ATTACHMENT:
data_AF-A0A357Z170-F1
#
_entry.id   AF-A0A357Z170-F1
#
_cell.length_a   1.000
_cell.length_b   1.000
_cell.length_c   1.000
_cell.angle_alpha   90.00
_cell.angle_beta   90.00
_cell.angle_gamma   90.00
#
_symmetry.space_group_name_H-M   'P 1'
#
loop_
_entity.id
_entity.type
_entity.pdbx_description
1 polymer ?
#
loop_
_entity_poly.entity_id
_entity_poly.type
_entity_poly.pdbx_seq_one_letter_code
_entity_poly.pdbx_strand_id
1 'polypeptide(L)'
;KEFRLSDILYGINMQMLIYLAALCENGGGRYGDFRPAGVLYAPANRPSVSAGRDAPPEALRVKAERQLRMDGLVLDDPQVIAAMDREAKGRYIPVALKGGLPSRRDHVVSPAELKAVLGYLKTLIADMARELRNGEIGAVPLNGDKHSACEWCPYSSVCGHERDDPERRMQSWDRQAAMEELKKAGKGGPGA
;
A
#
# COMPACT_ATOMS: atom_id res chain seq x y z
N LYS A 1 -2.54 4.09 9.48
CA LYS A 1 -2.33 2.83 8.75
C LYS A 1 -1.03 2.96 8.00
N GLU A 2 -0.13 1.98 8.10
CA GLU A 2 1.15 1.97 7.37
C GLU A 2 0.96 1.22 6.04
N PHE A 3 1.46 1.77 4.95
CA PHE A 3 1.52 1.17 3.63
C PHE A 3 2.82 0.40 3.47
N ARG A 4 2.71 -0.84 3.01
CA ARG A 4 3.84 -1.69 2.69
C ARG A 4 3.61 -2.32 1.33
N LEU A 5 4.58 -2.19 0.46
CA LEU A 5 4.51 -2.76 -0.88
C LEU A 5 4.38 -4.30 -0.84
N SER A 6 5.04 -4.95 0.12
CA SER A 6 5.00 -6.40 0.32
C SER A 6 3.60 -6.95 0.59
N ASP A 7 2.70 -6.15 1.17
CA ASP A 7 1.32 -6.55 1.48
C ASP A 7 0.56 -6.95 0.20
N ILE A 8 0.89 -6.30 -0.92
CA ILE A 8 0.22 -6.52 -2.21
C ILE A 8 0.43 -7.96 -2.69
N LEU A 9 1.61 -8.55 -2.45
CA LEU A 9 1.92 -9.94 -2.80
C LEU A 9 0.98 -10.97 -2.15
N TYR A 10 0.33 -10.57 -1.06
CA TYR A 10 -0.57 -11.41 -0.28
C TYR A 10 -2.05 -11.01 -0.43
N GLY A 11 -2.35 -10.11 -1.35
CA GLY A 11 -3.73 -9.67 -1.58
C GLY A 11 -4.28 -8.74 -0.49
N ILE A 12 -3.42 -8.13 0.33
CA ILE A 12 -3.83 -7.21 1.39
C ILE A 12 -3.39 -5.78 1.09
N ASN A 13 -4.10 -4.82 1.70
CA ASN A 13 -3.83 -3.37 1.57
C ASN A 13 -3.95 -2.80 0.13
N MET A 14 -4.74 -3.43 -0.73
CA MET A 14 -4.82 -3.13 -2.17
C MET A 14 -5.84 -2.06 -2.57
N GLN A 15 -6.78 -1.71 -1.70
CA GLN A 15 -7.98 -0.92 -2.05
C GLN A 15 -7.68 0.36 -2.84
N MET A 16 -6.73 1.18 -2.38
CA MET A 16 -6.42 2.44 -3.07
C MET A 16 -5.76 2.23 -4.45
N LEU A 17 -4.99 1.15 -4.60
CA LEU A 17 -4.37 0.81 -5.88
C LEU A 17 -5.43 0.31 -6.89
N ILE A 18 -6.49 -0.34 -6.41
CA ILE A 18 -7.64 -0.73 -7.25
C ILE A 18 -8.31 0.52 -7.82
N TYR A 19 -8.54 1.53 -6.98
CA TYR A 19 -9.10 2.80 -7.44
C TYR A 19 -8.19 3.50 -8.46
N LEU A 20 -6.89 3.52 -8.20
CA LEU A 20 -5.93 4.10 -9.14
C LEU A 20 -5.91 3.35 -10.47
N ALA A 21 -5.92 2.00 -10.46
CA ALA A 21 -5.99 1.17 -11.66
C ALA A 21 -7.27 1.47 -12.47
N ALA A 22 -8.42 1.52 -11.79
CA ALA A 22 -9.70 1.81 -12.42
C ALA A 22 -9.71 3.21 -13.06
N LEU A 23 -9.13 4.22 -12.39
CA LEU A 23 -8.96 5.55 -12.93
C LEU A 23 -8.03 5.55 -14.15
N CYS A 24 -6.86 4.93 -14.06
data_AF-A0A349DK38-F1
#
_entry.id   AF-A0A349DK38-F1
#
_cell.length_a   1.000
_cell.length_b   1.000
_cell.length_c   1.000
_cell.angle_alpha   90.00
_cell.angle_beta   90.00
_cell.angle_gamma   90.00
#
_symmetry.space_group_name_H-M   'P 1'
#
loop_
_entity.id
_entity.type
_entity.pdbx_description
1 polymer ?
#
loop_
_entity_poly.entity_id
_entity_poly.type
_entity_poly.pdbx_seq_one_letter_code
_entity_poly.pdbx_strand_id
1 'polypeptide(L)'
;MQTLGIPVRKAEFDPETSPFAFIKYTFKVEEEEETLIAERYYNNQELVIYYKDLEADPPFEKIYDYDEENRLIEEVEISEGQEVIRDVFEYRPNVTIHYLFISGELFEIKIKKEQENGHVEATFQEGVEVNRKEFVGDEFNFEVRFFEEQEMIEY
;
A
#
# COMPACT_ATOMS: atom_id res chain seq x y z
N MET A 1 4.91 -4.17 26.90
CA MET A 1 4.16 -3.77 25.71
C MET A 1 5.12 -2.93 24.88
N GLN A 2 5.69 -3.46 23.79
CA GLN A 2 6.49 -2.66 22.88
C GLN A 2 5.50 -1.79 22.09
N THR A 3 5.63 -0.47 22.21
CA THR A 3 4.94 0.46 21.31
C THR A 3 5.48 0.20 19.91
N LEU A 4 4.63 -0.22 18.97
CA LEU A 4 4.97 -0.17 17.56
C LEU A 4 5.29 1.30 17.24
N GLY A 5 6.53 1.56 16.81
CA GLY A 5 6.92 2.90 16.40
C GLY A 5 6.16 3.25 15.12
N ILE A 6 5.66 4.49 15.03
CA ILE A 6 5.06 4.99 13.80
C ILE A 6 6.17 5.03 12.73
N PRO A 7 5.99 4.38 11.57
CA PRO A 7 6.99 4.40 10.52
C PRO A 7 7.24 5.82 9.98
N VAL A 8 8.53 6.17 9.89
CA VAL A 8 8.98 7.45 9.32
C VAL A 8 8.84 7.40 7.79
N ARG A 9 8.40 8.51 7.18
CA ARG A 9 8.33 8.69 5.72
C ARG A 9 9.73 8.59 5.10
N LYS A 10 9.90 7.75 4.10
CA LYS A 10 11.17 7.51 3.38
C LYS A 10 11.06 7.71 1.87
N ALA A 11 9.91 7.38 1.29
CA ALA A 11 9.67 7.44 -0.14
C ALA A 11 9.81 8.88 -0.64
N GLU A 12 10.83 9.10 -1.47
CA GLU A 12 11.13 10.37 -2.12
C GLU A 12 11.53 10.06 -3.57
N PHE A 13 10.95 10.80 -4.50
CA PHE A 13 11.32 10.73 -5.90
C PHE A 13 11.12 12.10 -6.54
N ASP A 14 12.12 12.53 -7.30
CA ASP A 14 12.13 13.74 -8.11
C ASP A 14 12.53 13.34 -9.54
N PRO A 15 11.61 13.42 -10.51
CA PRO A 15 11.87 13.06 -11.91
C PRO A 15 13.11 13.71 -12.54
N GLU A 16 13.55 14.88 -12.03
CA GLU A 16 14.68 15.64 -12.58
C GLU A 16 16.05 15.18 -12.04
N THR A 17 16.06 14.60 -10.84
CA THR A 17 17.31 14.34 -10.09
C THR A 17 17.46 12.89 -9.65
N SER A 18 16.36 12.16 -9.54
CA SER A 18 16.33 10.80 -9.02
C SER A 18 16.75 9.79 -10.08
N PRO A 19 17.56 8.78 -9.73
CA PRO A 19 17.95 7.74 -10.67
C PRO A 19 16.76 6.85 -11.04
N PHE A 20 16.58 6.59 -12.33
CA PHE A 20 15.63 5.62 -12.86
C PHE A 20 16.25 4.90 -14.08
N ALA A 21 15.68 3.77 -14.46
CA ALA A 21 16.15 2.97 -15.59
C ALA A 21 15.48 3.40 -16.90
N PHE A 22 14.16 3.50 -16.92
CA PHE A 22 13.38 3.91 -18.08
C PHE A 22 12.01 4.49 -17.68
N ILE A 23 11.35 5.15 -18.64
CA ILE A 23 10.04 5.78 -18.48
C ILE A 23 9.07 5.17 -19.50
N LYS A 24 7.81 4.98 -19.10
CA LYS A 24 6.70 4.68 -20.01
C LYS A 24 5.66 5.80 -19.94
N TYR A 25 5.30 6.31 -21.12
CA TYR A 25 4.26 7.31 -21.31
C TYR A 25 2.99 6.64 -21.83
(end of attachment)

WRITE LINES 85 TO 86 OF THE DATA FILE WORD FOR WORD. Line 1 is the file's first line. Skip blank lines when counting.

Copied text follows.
N TYR A 19 -8.54 1.53 -6.98
CA TYR A 19 -9.10 2.80 -7.44